Skip to main content

Mahnwache am Freitag: Keine Scheuklappen fürs Netz!

Da quasi alle großen deutschen Internetanbieter freiwillig das Internet zensieren wollen, gibt's nächsten Freitag, den 17.04.2009 eine super Gelegenheit, dagegen zu protestieren: Matthias "wetterfrosch" Mehldau vom CCC ruft zur Mahnwache "Keine Scheuklappen fürs Netz!" auf. Ich prophezeie, dass Wikileaks sonst bald aus Deutschland gar nicht mehr betrachtet werden kann. Vonwegen Pr0n0.

Also: Ich geh hin, würde mich freuen, wenn auch du mitkommst. Besonders wichtig noch eine Fußnote, die ich hier mal direkt zitieren möchte, damit sie nicht untergeht:

Termin Vorbehaltlich - sowas ändert sich in letzter Minute ja machmal gerne. Letzte Infos immer auf: keine-scheuklappen-fuers-netz/

findpat: Easing up find through brace expansion

I'm tired of typing minus-name-chains for find like

$ find . -name '*.jpg' -o -name '*.png'

Wouldn't it be nice if instead

$ find . '*.{jpg,png}'

were possible? As find does not expand braces I wrote a little tool to make life a little easier. It's called findpat and either acts as a simple frontend to find (see example 1) or as a expression generator (example 2). Here are a the examples and their plain find equivalents:

$ find . -name '*.jpg' -o -name '*.png'
$ findpat '*.{jpg,png}'
$ find . \( -not -executable \) -a \( -name '*.awk' \
    -o -name '*.sh' \)
$ findpat -p '*.{awk,sh}' | \
    xargs find . \( -not -executable \) -a

The complete usage currently looks like this:

$ findpat --help
  findpat [-v|--verbose] [<dir>] <pattern>
  findpat -p|--print <pattern>
  findpat -h|--help
  findpat -V|--version

You can download findpat 1.0 here:

Google Tech Talks feed clone without duplicates

Result first, story after:

NOTE: 30 minute check interval just right as the script is updated every 60 minutes on my end

I've been subscribed to their feed before but canceled my subscription soon because the flood of duplicates took down the signal to noise ratio below what I was willing to accept. So I have hacked together some sort of feed proxy using Planet to solve that issue. The trick is to re-write the entry's ID to the URL of the video page so the RSS client can and actually does the duplicate detection for you. Here's an example entry after processing:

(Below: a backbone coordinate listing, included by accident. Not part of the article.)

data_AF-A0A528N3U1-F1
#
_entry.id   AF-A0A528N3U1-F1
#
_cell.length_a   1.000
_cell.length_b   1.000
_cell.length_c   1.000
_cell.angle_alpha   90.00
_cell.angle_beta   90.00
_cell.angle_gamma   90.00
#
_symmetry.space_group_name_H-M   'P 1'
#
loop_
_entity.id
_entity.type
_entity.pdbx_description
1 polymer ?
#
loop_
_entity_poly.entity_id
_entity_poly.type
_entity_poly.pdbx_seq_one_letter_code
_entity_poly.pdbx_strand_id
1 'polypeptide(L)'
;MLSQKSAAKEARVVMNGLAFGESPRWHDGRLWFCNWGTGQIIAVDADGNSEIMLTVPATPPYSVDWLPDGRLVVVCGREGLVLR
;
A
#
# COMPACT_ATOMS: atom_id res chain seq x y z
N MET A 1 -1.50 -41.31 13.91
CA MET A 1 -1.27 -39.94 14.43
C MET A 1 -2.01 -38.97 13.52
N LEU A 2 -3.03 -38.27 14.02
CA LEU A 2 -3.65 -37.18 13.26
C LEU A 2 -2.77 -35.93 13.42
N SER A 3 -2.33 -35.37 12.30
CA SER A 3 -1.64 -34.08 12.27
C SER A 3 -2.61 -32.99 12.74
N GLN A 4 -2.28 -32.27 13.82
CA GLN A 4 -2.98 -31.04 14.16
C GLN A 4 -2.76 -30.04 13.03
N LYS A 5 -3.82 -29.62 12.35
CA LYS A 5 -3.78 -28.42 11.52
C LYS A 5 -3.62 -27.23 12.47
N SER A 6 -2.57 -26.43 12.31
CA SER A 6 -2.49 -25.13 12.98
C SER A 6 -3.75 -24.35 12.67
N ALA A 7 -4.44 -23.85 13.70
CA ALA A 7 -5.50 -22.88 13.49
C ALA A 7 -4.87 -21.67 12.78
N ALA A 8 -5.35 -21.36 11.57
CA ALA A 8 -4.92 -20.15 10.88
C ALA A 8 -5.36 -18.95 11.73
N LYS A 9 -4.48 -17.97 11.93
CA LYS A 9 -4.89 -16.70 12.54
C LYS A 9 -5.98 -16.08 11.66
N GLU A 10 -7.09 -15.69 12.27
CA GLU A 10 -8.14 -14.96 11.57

<title>Hands-on Teaching, Designing, and Learning</title>
  <pubDate>Mon, 23 Mar 2009 20:34:42 +0000</pubDate>

As a sidenote that talk is quite fun; I like it mostly because of it's hack- everything attitude, the high energy and the remark that restrictions can boost creativity. The trick I told before can be applied to any other YouTube channel. I could release the Planet config but it's trivial and you'd tweak it anyway. So I'll leave that for on-request.

LaTeX Beamer Theme Matrix

First a preview (excerpt) of what this post is about:

Selecting something from a set of candidates works much better when you have comfortable access to all of them. Selecting a theme (and color theme) for a Beamer presentation within an edit-compile-evaluate loop takes time and makes comparison unnecessarily hard. Johannes Buchner automated this procedure to some extent in 2007. I built on his idea and took it to the next level. I create an overview tables showing all possible combinations: Along the x-axis we have color themes, along the y-axis themes. Two different kinds of slides - a title page and a regular content page - are compiled against each combination of theme and color theme. The output is

  • Set of .png files
  • Directory tree allowing you to fix any two dimensions, e.g. the folder ./output/by-page/title/by-theme/Malmoe contains files that show
    • title pages
    • with theme "Malmoe"
    • running through all color themes.
  • Overview table ("matrix") showing thumbnails of all images at once

The script is available under GPLv3 or later. Non-obvious dependencies are

You can find the sources at the beamer-theme-matrix Git repository.

Forced push on libxspf Git repository

Sorry, in case that hits you. I had to do it: I made a mistake during the initial Subversion to Git repository import which is why several commits somewhere around libspiff-0.7.0 were not imported at all. The Subversion server disconnected a few times and it seems that continuing with the very same clone command was the wrong thing to do. This time git svn fetch did better. So all tags and commits should be available through Git by now.

TED 2009: Two talks I'd like to recommend

From the TED talks I just watched I would like to recommend these two:

Barry Schwartz also did "The Paradox of Choice - Why More Is Less" which I stumbled upon and recommended earlier. Both talks stand in strong contrast to Ed Ulbrich's "How Benjamin Button got his face". Something made me watch it but looking backwards I'm wondering what it was and how it was able to trick me.